Developing for CC2540: Part I

Posted on Dec 18, 2011 | 6 comments

IAR Development Environment

TI’s CC2540 is both the host microcontroller and a bluetooth LE chip, commonly referred to as SoC (System on Chip). You would think that the host microcontroller might be just tacked-on, an after-thought, since the bluetooth LE chip is the star of the show. If that might have been your first impression, you’d be dead wrong. The microcontroller (SoC) component of CC2540 is a full-blown 8051 core with impressive array of  peripherals and functionalities. This 8051 chip boasts 256kB flash for programming space, 8kB ram, USB driver, 2 hardware controlled UART, and many more features.  In comparison, the ever-popular Arduino Uno only has 32Kb, merely 8 time smaller than this 8051 core in CC2540.

With such a beefy spec on their 8051 core, Chipcon (subsidiary of TI since 2006) developers went all-out designing a significant software stack for their line of newer chips. This software stack relies on abstracted layers of software, delineating the logical separation of hardware interface, operating system, and user application. With the exception of the BLE stack, the part of the library that implements Bluetooth LE communication, rest of the source code is provided with the download. The code is well-thought out and nicely laid out, with ample comments that serve as documentation in itself.

This software stack takes up over 100kB of 256kB total flash space. On my machine, the compiled code took up about 110kB. It could be the differences between the IAR version and the library version (mine’s on 1.1a).

HAL Layer

The HAL (Hardware Abstraction Layer) sits on top of IAR’s device-specific defines for CC2540 (ioCC2540.h). It gives convenient mappings for IO peripherals, and macros for accessing hardware functions within CC2540 such as UART, SPI, USB, Timers, etc.

This layer also defines which ports are tied to which peripherals are mapped to which IO modules on the Evaluation board. The Chipcon’s SmartRF05EB Evalulation Board is the one that comes with CC2540 development kit. This board as many IO goodies such as LCD, led’s, eeprom, push buttons, directional joy stick. The file hal_board_cfg.h defines these mappings, and the documentation suggests modifying this file when using CC2540 on a different board (obviously!).

 

OSAL Layer

The development of CC2540 requires knowledge of layers of software stack that are rather involved. For example, series of tasks are handled by event-based operating system layer called OSAL (Operating System Abstract Layer). This layer is not a full operating system, however.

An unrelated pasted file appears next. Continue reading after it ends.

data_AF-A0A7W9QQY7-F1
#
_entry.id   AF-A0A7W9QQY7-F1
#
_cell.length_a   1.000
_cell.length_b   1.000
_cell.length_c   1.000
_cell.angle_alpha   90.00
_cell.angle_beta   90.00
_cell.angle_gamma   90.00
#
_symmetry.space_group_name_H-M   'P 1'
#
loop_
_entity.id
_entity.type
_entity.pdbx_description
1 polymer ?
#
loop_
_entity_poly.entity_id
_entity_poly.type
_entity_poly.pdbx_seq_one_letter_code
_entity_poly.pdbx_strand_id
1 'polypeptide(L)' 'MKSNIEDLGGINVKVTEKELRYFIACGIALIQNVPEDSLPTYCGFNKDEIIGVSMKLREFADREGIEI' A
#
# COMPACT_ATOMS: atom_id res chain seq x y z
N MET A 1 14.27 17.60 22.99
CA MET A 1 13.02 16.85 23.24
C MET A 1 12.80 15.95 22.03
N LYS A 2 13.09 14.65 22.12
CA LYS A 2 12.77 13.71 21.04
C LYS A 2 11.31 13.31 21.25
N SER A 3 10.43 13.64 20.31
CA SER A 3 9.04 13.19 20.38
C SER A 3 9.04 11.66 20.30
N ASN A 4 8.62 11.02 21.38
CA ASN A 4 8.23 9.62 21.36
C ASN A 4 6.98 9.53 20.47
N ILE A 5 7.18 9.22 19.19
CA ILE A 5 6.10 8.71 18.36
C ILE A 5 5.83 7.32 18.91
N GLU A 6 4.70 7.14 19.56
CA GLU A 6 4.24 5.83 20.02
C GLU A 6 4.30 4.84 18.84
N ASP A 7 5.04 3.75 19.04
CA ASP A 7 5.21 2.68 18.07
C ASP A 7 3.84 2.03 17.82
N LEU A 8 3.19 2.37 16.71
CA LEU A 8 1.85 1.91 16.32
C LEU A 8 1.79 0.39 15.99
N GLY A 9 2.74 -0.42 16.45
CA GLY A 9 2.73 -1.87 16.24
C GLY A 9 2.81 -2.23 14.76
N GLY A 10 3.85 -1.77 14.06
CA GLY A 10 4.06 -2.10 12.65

The OSAL layer gives wrappers and interfaces to execute linear set of operations in an organized manner. It does this by largely defining actions into 2 categories: tasks and events. Each task can handle multiple events, and each event corresponds to a specific task. You can think of this as array of tasks, each task item containing 16 bits. Each bit per task would correspond to an event that is associated with such task. Thus, you can define at most 15 (-1 for reserved) events per task.

The implementation of this task / event handling is found under OSAL.c, within the function osal_run_system.

  uint8 idx = 0;

  osalTimeUpdate();
  Hal_ProcessPoll();

  do {
    if (tasksEvents[idx])  // Task is highest priority that is ready.
    {
      break;
    }
  } while (++idx < tasksCnt);

  if (idx < tasksCnt)
  {
    uint16 events;
    halIntState_t intState;

    HAL_ENTER_CRITICAL_SECTION(intState);
    events = tasksEvents[idx];
    tasksEvents[idx] = 0;  // Clear the Events for this task.
    HAL_EXIT_CRITICAL_SECTION(intState);

    activeTaskID = idx;
    events = (tasksArr[idx])( idx, events );
    activeTaskID = TASK_NO_TASK;

    HAL_ENTER_CRITICAL_SECTION(intState);
    tasksEvents[idx] |= events;  // Add back unprocessed events to the current task.
    HAL_EXIT_CRITICAL_SECTION(intState);
  }

Notice it scans from the lowest idx (highest priority task), finds the task with any event set on it. It then drops into the if block that checks to make sure the idx of the task is not the max of tasks registered. Within this block, it simply calls the callback function registered within tasksArr which is a global variable containing all registered callback functions. Prior to the execution of this function, the data arrays tasksEvents and tasksArr needs to be created during compile time.

6 Responses to “Developing for CC2540: Part I”

  1. We are developing a cc2540 module for wearable device (ZWear.org)
    which will be open-sourced, can we talk about ?

  2. Shraddha Gadade says:

    can i get the idea for writing program for keyless entry system for car by using cc2540 kit

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